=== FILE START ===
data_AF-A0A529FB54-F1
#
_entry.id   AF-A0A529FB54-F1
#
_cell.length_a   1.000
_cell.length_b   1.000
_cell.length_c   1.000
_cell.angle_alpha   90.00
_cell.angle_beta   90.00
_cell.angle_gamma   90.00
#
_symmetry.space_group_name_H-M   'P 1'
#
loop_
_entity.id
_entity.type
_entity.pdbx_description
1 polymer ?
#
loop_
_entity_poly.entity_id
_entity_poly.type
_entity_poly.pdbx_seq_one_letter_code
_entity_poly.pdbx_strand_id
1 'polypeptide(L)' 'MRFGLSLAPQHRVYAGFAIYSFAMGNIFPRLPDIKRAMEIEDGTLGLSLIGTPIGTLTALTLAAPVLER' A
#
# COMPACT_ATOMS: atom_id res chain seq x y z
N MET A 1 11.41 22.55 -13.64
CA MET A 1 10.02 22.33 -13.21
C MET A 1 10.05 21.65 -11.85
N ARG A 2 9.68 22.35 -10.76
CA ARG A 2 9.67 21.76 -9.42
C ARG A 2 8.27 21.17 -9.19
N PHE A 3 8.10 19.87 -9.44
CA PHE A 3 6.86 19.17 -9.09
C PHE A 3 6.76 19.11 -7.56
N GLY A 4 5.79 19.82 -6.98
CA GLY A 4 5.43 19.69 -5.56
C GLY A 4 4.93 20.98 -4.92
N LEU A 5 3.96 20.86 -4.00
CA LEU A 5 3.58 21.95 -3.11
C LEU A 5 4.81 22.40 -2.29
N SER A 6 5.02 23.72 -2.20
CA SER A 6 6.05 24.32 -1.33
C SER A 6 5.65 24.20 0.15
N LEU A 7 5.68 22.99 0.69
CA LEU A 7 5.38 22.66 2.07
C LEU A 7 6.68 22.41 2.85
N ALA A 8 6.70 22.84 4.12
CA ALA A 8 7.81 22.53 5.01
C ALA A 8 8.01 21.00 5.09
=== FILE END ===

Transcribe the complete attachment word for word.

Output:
data_AF-A0A529FB54-F1
#
_entry.id   AF-A0A529FB54-F1
#
_cell.length_a   1.000
_cell.length_b   1.000
_cell.length_c   1.000
_cell.angle_alpha   90.00
_cell.angle_beta   90.00
_cell.angle_gamma   90.00
#
_symmetry.space_group_name_H-M   'P 1'
#
loop_
_entity.id
_entity.type
_entity.pdbx_description
1 polymer ?
#
loop_
_entity_poly.entity_id
_entity_poly.type
_entity_poly.pdbx_seq_one_letter_code
_entity_poly.pdbx_strand_id
1 'polypeptide(L)' 'MRFGLSLAPQHRVYAGFAIYSFAMGNIFPRLPDIKRAMEIEDGTLGLSLIGTPIGTLTALTLAAPVLER' A
#
# COMPACT_ATOMS: atom_id res chain seq x y z
N MET A 1 11.41 22.55 -13.64
CA MET A 1 10.02 22.33 -13.21
C MET A 1 10.05 21.65 -11.85
N ARG A 2 9.68 22.35 -10.76
CA ARG A 2 9.67 21.76 -9.42
C ARG A 2 8.27 21.17 -9.19
N PHE A 3 8.10 19.87 -9.44
CA PHE A 3 6.86 19.17 -9.09
C PHE A 3 6.76 19.11 -7.56
N GLY A 4 5.79 19.82 -6.98
CA GLY A 4 5.43 19.69 -5.56
C GLY A 4 4.93 20.98 -4.92
N LEU A 5 3.96 20.86 -4.00
CA LEU A 5 3.58 21.95 -3.11
C LEU A 5 4.81 22.40 -2.29
N SER A 6 5.02 23.72 -2.20
CA SER A 6 6.05 24.32 -1.33
C SER A 6 5.65 24.20 0.15
N LEU A 7 5.68 22.99 0.69
CA LEU A 7 5.38 22.66 2.07
C LEU A 7 6.68 22.41 2.85
N ALA A 8 6.70 22.84 4.12
CA ALA A 8 7.81 22.53 5.01
C ALA A 8 8.01 21.00 5.09